By riding on a little commuter boat called a vaporetto. A commuter’s gondola: a traghetto, like this one. A water taxi. Or, a gondola.
After awhile I stopped taking pictures of the things they transport on boats in Venice: commuters, tourists, garbage, police and firemen, furniture, water and vegetables for the ristoranti, pipes, televisions, milk, DHL packages. It wasn’t that the novelty of it left me, it was just that obviously in a city with no roads, just canals, anything that has to move in Venice, has to move on water. I was enthralled by this. I suppose it gets old after awhile, but it certainly did not pale for this visitor to Venice.
I added Venezia to my Italy trip at the last minute. A friend of mine in New York has spent a good amount of time in La Serenissimaand recommended a fabulous hotel: the Novecento in the San Marco section of Venice. Nine rooms in a fairly new hotel along a tiny street they call acalle. Charming little rooms. Sweet. Clean, clean, clean. And without that musty smell that hotels in Europe sometimes have. The bed was a dream to sleep on. Precious little giardinofor breakfast. The calleso isolated that it was absolutely silent at bedtime.
The sun was out the entire time. People kept telling me it had been raining like mad, but suddenly changed.Arrivo, poi il sole arriva! I arrive, then the sun arrives. It was stunning weather: cool and breezy. Life looks better under the springtime sun.
I took a trip to one of the islands in the Venetian lagoon. On my first trip to Venice in 2001, I visited Burano, the island where they make lace. This time, I considered going to Murano, the glass-blowing island, but decided instead to go to Cimetero. It is where the Venetians — or anyone who wishes to spend eternity in Venice, like Ezra Pound and Stravinsky — are buried. The cemetery was divided into thematic sections. There was a plot for babies —Campo dei Bambini. One for sailors. There was even a field where only nuns were buried.
During this visit to Venice, I had one of the best meals I’ve ever eaten in Italy: at a restaurant called the Antiche Carampane. It was definitely not a restaurant for tourists — with signs on the front that threatened to charge 5000 lira if you should dare to stop and ask them for directions, or information. Obviously, that sign has been there for awhile, considering the euro arrived in Italy years ago. Another sign bragged no menu turistico. Many restaurants in Italy bring English language menus to your table if they discern you don’t speak the language. At this restaurant, that was slightly oxymoronic anyway, given the fact they had no menus at all, except for the wine list.
It was not an easy place to find — secreted away in the San Polo region of Venice. Three vaparetto stops from my hotel, I headed out early just to make sure I arrived in time for my reservation, myprenotazione. In Italy, by the way, you do not make reservations, you take them. Anyway, I arrived early, after several false starts down calle that ended at little canals.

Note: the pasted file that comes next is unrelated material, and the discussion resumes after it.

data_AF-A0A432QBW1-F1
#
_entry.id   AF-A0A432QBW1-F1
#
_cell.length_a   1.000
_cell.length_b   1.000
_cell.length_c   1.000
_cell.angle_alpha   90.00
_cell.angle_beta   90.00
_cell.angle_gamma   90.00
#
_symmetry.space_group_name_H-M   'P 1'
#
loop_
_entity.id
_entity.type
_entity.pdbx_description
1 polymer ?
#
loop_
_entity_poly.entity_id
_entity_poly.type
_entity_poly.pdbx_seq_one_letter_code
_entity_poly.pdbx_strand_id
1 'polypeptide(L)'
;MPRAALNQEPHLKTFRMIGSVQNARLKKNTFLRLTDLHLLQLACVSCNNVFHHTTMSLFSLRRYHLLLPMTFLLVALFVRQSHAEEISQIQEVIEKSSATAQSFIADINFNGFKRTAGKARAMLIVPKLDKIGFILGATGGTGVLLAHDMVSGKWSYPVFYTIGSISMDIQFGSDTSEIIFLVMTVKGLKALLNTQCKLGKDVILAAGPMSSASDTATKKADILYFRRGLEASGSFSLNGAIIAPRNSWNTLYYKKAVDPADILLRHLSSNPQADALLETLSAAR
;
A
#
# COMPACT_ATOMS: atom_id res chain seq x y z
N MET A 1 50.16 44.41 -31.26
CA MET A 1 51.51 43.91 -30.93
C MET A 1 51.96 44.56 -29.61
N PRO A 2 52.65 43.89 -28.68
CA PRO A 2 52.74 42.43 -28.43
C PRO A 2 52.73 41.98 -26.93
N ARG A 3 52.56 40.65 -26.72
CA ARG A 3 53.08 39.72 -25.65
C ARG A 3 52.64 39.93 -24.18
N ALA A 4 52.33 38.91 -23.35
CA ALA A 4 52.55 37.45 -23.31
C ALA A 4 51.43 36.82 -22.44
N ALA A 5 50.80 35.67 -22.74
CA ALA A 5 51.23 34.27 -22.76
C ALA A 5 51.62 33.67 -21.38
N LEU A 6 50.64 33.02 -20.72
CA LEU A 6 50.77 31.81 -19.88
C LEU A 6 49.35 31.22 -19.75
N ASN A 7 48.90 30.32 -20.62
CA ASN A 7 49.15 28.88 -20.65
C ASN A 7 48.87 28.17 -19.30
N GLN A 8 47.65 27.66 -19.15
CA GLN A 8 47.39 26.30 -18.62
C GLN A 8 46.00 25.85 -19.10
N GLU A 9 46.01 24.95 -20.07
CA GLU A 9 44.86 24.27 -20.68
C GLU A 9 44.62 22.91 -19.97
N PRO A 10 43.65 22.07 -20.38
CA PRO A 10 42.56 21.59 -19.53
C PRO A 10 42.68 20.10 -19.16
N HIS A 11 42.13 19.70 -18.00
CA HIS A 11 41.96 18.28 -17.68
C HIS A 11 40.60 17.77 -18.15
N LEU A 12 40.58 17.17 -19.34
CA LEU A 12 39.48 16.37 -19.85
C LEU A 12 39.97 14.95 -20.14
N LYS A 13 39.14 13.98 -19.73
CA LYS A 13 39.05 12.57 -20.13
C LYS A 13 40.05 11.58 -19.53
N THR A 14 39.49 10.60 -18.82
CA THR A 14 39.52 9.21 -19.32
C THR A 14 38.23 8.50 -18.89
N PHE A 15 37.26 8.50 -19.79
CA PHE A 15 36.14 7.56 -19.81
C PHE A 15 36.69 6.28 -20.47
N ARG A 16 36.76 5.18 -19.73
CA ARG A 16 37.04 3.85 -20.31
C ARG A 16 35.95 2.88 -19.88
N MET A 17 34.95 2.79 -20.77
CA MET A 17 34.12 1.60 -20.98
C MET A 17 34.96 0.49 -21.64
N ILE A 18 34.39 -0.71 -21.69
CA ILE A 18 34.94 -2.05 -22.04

After I made it clear that I am allergic to shrimp, the waiter recommended a dish ofpesce crudo – raw fish (think Italian sushi), followed by some white fish I think was turbot, cooked simply with artichokes. I ended the meal with panna cotta, two small servings: one with chocolate sauce, the other with some kind of fruit sauce. I drank my coffee and headed out to continue my nighttime adventure in Venice.
I wandered for some time, thinking I might stop in the Piazza San Marco for a prosecco, when I heard this beautiful music. Inside a church in the San Marco quarter, a group of Italian musicians were playing Vivaldi on classic instruments. As I did on my first trip to Venice, I topped my evening with that. Afterwards, I took a slow vaparetto ride to my hotel, then drifted into one of the sweetest sleeps I’ve ever had.
When people ask me “what was the highlight of this trip to Italy”, I tell them — it had to beVenezia.
FINDING MY WAY
Not surprisingly, I always got lost.
Countless times while travelling, I have found myself somewhere I did not necessarily intend to go. I would tell myself, you do not get lost really. You just end up discovering someplace new, unintended, or, at least, unexpected. Certainly it really isn’t a waste of time when you are on vacation, unless you are supposed to meet someone, or arrive at a particular appointment, or arrive at the restaurant when your reservation begins.
On this trip, I decided to ditch the notion that I have no sense of direction. I simply presumed I would get where I wanted to go. In fact, I decided I would set out to get lost. I discarded the truism that I always get lost when I travel.
And so I embraced the fun of exploring Venice. Truly, it is so small, you can’t really get lost anyway. I took the advice from one tour book that suggested you find a landmark you recognize. In Venice, on virtually every corner, there are signs pointing you to the major sights: San Marco, Accademia, Rialto.
It changed the whole tenor of my experience. On top of it, I found everything I was looking for. I wanted to buy some handmade journals, found that. Looking for a particular island. Found that. Needed a sandwich for my trip on the train. Found that.